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FEBS J. 2013 Apr;280(8):1782-94. doi: 10.1111/febs.12200. Epub 2013 Mar 14.

The ATP-binding cassette transporter subfamily C member 2 in Bombyx mori larvae is a functional receptor for Cry toxins from Bacillus thuringiensis.

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1
Graduate School of Bio-Applications and Systems Engineering, Tokyo University of Agriculture and Technology, Japan.

Abstract

Bacillus thuringiensis is the most widely used biopesticide, and its Cry toxin genes are essential transgenes for the generation of insect-resistant transgenic crops. Recent reports have suggested that ATP-binding cassette transporter subfamily C2 (ABCC2) proteins are implicated in Cry intoxication, and that a single amino acid insertion results in high levels of resistance to Cry1 toxins. However, there is currently no available direct evidence of functional interactions between ABCC2 and Cry toxins. To address this important knowledge gap, we investigated the role of Bombyx mori ABCC2 (BmABCC2) or its mutant from a Cry1Ab-resistant B. mori strain on Cry1A toxin action. When we expressed BmABCC2 ectopically on Sf9 cells, it served as a functional receptor, and the single amino acid insertion found in BmABCC2 from Cry1Ab-resistant larvae resulted in lack of susceptibility to Cry1Ab and Cry1Ac. Using the same expression system, we found that Bo. mori cadherin-like receptor (BtR175) conferred susceptibility to Cry1A toxins, albeit to a lower degree than BmABCC2. Coexpression of BtR175 and BmABCC2 resulted in the highest cell susceptibility to Cry1A, Cry1F, and even the phylogenetically distant Cry8Ca toxin, when compared with expression of either receptor alone. The susceptibility observed in the coexpressing cells and that in Bo. mori larvae are likely to be correlated, suggesting that BtR175 and BmABCC2 are important factors determining larval susceptibility. Our study demonstrates, for the first time, Cry toxin receptor functionality for ABCC2, and highlights the crucial role of this protein and cadherin in the mechanism of action of Cry toxin.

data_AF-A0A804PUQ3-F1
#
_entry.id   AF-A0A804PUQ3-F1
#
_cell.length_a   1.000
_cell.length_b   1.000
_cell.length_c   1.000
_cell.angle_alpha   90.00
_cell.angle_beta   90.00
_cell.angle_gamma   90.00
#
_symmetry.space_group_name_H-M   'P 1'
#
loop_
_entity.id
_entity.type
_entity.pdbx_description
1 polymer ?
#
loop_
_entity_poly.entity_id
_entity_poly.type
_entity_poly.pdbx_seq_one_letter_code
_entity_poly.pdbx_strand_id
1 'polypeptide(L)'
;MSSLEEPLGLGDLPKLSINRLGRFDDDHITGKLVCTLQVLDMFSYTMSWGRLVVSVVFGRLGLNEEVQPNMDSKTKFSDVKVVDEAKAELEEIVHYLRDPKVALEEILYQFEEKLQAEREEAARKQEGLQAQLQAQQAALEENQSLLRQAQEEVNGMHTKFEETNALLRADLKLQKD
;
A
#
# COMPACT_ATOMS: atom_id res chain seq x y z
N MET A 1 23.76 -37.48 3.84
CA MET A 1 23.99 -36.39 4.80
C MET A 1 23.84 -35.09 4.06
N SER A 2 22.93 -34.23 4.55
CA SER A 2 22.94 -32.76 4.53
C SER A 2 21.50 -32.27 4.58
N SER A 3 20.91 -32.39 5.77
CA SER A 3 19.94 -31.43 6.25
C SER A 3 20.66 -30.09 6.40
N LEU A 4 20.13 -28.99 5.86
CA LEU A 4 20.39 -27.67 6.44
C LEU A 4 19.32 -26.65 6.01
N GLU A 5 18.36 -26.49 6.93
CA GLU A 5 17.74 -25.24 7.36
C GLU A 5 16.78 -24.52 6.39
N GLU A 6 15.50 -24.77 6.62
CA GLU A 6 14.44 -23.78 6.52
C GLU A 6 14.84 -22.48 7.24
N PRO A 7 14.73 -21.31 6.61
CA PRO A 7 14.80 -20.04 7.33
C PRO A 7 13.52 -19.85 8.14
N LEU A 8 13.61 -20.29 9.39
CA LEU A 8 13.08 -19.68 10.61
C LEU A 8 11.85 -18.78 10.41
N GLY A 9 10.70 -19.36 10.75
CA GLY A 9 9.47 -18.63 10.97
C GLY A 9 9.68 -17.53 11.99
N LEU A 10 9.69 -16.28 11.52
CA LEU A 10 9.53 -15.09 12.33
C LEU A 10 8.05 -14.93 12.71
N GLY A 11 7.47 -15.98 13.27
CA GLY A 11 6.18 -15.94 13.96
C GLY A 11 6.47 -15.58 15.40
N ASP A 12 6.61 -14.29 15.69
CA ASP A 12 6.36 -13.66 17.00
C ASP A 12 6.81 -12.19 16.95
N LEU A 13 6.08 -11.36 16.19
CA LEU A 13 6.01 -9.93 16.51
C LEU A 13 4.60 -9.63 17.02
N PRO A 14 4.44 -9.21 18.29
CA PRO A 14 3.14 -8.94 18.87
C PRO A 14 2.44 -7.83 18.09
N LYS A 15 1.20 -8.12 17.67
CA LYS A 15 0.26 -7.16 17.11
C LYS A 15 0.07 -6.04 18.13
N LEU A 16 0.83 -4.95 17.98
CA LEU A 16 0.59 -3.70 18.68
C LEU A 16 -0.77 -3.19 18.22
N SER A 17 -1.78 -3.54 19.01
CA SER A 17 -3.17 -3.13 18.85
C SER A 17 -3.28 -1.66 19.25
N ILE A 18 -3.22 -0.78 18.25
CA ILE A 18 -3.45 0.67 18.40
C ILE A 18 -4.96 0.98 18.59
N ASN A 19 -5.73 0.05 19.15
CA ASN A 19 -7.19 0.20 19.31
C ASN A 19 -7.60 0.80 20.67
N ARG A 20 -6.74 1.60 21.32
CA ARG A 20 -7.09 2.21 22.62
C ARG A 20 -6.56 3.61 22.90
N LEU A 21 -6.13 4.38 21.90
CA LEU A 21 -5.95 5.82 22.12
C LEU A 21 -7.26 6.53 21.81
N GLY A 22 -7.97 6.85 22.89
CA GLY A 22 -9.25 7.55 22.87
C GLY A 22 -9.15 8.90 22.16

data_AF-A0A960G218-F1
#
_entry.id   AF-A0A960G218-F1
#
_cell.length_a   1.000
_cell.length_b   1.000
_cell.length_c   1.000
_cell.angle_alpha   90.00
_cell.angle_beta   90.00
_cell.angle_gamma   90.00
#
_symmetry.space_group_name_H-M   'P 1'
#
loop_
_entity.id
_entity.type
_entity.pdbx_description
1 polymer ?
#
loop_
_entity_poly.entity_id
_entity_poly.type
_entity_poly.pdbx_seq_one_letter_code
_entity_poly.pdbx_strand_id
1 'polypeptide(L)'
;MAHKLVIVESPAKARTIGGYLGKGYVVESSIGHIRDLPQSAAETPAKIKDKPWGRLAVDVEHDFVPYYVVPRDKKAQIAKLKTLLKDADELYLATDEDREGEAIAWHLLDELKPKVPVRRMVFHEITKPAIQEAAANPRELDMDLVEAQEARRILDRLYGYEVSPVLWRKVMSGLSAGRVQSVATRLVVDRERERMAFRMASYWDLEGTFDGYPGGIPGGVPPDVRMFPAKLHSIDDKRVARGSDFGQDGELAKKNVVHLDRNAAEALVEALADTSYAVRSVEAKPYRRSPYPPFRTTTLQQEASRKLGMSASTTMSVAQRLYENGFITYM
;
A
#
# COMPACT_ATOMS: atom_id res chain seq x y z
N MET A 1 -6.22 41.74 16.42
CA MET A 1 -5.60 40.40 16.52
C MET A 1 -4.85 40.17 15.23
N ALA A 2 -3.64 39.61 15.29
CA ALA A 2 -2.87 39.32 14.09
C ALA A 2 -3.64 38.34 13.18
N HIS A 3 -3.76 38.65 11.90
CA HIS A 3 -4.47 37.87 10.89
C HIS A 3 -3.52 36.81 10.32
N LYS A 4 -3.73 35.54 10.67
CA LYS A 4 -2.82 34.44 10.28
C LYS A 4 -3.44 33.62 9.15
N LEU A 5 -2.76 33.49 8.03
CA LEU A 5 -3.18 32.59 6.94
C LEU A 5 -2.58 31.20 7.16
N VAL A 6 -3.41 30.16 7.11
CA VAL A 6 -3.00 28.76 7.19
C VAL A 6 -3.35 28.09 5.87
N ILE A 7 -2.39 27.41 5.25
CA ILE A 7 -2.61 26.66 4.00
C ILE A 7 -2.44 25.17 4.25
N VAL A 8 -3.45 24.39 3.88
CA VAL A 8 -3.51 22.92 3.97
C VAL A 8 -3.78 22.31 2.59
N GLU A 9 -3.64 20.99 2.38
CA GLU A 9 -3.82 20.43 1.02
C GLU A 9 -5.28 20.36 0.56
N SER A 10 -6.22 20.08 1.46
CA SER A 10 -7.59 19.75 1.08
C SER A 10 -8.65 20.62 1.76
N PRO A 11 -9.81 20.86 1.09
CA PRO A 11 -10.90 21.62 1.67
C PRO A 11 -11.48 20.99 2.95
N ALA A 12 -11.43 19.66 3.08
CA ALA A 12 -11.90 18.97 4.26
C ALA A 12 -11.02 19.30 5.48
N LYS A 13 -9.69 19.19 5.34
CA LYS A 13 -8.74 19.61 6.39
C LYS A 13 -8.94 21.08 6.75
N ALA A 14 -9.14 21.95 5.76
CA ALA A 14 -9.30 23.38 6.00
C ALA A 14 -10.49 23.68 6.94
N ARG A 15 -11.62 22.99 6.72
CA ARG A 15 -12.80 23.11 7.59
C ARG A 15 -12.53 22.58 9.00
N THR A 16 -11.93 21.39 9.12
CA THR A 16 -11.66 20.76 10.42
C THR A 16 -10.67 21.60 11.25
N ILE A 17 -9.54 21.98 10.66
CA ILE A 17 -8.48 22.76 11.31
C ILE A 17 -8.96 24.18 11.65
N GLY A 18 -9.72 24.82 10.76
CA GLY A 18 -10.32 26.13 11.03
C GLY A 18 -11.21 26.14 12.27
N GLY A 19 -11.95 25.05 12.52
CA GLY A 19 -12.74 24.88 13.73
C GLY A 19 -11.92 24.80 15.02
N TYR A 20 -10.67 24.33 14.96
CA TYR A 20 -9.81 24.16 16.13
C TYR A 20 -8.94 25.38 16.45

PMID:
23432933
DOI:
10.1111/febs.12200
[Indexed for MEDLINE]
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